5. And if your delicacy will not permit you to imitate those truly honourable ladies, by abasing yourselves in the manner which they do, by performing the lowest offices for the sick, you may, however, without humbling yourselves so far, supply them with whatever they want. And you may administer help of a more excellent kind, by supplying their spiritual wants; instructing them (if they need such instruction) in the first principles of religion; endeavouring to show them the dangerous state they are in, under the wrath and curse of God, through sin; and pointing them to the "Lamb of God, who taketh away the sins of the world." Beside this general instruction, you might have abundant opportunities of comforting those that are in pain of body, distress of mind; you might find opportunities of strengthening the feeble-minded, quickening those that are faint and weary; and of building up those that have believed, and encouraging them to "go on to perfection." But these things you must do in your own person; you see they cannot be done by proxy. Or suppose you could give the same relief to the sick by another, you could not reap the same advantage to yourself; you could not gain that increase in lowliness, in patience, in tenderness of spirit, in sympathy with the afflicted, which you might have gained, if you had assisted them in person. Neither would you receive the same recompense in the resurrection of the just, when "every man shall receive his own reward, according to his own labour."
2. As to the particular method of treating the sick, you need not tie yourself down to any, but may continually vary your manner of proceeding as various circumstances may require. But it may not be amiss, usually, to begin with inquiring into their outward condition. You may ask whether they have the necessaries of life; whether they have sufficient food and raiment; if the weather be cold, whether they have fuel; whether they have needful attendance; whether they have proper advice, with regard to their bodily disorder; especially if it be of a dangerous kind. In several of these respects you may be able to give them some assistance yourself; and you may move those that are more able than you, to supply your lack of service. You might properly say in your own case, "To beg I am ashamed;" but never be ashamed to beg for the poor; yea, in this case, be an importunate beggar; do not easily take a denial. Use all the address, all the understanding, all the influence you have; at the same time trusting in Him that has the hearts of all men in his hands.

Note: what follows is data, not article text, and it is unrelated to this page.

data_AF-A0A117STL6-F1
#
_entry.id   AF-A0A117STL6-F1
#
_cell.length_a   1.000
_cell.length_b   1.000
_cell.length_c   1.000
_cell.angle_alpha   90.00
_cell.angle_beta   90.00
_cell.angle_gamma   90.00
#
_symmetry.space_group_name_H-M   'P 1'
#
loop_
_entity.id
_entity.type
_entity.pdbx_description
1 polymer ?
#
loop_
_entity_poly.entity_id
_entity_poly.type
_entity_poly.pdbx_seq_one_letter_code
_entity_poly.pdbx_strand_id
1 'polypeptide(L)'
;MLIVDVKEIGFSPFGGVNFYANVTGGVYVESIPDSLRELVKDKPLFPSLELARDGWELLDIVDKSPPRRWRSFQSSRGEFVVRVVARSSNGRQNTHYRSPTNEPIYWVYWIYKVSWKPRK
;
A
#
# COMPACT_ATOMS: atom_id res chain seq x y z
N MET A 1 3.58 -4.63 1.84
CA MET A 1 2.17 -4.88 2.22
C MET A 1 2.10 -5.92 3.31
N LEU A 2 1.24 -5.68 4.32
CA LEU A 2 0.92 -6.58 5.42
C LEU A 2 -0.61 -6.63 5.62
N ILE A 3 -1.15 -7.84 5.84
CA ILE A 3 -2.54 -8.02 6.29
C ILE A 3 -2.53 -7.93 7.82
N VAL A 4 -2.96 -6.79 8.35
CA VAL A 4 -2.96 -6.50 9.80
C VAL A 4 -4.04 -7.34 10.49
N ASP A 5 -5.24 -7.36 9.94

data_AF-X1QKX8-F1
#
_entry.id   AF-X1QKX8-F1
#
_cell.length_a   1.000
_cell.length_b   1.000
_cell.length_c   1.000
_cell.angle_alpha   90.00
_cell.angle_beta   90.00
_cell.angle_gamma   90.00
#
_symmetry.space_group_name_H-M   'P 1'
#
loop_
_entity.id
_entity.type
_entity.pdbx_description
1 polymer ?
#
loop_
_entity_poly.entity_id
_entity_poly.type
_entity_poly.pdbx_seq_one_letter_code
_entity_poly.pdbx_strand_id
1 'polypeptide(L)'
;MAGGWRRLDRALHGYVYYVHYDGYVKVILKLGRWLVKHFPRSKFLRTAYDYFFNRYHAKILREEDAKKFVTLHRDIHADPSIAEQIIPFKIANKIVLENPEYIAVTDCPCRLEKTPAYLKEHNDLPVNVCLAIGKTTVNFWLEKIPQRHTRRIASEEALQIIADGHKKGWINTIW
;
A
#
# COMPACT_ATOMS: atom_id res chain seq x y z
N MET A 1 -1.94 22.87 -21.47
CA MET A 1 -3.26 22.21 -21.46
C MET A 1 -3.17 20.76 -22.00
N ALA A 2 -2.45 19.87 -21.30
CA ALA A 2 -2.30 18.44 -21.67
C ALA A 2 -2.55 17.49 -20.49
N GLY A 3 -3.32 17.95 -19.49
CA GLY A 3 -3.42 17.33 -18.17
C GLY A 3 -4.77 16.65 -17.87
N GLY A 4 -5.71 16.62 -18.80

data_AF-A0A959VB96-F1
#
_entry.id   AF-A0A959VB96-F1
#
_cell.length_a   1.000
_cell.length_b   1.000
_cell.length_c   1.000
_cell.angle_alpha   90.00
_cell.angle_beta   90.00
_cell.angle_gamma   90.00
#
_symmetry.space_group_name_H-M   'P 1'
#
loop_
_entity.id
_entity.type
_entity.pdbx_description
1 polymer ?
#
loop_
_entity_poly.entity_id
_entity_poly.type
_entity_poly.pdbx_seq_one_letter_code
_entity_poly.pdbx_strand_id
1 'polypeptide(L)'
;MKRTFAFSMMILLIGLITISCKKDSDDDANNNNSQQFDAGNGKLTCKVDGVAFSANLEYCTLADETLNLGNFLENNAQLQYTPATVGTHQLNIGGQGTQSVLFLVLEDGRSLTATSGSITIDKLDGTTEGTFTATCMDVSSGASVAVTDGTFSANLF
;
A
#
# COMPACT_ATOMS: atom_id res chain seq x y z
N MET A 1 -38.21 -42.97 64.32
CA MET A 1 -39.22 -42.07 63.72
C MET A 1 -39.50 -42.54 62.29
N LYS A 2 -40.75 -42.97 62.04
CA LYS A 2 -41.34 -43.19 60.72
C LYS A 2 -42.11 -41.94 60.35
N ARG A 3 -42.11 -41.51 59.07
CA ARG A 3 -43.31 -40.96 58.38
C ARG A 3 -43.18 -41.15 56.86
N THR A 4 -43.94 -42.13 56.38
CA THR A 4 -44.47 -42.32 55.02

3. You will then easily discern, whether there is any good office which you can do for them with your own hands. Indeed, most of the things which are needful to be done, those about them can do better than you. But in some you may have more skill, or more experience, than them; and if you have, let not delicacy or honour stand in your way. Remember his word, "Inasmuch as ye have done it unto the least of these, ye have done it unto me;" and think nothing too mean to do for Him. Rejoice to be abased for his sake !